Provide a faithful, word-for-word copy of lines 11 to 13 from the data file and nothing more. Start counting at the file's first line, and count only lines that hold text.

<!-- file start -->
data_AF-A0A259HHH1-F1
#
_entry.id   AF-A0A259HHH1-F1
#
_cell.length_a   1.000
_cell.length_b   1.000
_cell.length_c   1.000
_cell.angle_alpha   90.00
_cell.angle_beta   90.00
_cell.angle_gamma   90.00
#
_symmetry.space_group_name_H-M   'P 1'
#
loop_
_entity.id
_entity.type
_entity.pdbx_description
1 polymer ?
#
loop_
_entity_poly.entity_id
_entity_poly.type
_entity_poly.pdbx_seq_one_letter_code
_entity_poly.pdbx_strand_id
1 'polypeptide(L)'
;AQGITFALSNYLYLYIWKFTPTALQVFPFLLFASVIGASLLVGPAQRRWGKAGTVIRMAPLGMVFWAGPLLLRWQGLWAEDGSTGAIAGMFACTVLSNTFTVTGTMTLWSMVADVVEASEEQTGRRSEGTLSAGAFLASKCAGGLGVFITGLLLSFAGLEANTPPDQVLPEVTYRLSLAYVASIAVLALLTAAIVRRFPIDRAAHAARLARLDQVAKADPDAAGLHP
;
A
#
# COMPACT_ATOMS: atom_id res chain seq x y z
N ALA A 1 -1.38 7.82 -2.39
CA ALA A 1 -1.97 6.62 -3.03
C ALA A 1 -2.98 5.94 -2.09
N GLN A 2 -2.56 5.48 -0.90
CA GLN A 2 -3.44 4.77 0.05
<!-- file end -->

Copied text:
#
_symmetry.space_group_name_H-M   'P 1'
#